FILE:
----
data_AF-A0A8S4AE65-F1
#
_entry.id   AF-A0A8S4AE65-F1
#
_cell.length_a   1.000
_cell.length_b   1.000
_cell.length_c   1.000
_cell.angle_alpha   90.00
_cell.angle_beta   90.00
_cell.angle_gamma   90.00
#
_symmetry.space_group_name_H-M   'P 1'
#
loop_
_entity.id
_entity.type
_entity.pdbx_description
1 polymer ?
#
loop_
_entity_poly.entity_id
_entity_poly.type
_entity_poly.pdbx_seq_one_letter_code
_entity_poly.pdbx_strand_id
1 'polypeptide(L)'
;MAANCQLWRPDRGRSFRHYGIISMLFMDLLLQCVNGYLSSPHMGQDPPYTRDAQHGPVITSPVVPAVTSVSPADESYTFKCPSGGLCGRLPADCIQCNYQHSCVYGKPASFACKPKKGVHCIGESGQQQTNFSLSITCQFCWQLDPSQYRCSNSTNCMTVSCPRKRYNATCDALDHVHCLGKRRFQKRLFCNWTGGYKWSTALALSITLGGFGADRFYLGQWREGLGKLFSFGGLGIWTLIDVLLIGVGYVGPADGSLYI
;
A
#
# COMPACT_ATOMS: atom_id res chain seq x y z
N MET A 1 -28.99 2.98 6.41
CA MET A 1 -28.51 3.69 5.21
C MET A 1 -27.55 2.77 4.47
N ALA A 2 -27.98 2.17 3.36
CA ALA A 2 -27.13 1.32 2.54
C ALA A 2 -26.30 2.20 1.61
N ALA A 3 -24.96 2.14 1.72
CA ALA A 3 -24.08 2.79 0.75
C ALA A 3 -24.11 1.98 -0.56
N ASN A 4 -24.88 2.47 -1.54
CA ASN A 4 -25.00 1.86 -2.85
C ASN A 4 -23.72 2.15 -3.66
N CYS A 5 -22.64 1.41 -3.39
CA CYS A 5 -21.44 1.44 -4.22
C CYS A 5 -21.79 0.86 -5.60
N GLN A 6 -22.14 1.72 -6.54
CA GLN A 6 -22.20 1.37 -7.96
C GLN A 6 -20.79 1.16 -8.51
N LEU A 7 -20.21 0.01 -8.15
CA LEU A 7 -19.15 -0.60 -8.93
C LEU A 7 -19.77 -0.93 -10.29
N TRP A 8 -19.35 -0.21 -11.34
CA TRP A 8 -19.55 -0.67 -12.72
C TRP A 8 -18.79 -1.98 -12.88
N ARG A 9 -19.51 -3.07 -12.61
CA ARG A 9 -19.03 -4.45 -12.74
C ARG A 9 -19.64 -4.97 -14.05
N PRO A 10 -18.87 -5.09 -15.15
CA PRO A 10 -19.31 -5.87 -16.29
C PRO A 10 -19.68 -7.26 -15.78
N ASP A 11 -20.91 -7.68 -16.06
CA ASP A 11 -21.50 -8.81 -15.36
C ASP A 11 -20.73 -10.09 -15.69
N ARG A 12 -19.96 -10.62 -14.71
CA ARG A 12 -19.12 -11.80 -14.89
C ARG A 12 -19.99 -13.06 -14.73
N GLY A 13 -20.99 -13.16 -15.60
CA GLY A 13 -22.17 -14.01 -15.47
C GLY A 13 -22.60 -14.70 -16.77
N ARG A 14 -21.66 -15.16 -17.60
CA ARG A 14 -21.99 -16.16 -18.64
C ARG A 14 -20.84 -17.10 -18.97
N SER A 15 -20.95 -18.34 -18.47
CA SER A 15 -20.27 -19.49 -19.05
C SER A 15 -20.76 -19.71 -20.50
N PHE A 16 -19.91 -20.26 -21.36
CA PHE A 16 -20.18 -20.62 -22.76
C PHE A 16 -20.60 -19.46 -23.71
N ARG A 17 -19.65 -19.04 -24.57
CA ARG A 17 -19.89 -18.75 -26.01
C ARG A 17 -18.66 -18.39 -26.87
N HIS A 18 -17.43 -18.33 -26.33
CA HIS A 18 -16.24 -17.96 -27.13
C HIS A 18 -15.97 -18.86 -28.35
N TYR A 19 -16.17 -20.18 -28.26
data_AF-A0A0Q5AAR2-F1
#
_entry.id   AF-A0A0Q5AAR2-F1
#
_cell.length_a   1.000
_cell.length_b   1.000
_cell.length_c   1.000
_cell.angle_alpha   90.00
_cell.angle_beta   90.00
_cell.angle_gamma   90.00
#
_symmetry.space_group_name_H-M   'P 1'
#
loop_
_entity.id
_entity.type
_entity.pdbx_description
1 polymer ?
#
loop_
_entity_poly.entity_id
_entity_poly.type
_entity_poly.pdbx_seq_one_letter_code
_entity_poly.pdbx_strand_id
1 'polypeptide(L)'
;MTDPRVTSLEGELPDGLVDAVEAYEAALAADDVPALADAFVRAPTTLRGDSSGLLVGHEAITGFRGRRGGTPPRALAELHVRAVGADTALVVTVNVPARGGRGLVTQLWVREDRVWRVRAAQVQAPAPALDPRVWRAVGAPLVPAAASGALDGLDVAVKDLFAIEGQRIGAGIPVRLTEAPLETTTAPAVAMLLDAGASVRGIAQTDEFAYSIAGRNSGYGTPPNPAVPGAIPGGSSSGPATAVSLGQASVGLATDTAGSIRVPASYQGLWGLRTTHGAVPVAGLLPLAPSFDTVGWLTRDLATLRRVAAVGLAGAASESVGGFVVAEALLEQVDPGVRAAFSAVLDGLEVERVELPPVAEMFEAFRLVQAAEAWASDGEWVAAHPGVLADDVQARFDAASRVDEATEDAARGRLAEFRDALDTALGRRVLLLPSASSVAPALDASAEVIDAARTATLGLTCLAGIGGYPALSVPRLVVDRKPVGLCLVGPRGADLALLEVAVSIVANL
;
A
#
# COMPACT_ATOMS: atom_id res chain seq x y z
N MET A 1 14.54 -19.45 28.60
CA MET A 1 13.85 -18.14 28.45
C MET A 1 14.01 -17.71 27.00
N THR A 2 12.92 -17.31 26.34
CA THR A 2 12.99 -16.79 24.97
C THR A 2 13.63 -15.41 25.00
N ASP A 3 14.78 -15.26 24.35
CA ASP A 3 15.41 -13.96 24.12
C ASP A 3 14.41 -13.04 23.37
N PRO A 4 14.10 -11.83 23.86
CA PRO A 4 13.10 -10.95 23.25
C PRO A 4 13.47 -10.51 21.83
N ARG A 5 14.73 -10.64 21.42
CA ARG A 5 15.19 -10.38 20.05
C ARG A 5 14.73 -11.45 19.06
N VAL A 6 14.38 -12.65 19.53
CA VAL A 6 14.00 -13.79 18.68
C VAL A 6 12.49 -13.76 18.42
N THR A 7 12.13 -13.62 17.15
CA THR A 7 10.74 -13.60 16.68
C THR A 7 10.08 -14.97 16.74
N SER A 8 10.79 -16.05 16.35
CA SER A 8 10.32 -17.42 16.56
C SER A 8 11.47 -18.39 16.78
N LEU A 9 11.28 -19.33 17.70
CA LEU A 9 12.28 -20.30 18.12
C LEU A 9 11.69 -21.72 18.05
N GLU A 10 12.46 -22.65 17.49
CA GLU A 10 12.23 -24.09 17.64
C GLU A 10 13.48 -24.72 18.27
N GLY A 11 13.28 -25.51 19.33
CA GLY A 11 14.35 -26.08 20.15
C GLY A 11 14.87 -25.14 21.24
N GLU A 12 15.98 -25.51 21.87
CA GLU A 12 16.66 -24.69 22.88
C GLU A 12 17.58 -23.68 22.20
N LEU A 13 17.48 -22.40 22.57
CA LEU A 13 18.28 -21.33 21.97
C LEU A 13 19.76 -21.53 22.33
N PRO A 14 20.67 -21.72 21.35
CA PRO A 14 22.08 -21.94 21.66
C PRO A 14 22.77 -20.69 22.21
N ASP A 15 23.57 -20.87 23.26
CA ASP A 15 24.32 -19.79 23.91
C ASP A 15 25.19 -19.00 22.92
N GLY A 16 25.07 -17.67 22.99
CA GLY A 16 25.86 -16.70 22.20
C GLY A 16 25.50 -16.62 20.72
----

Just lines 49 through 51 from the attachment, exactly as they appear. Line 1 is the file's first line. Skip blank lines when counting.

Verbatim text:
N LEU A 7 -20.21 0.01 -8.15
CA LEU A 7 -19.15 -0.60 -8.93
C LEU A 7 -19.77 -0.93 -10.29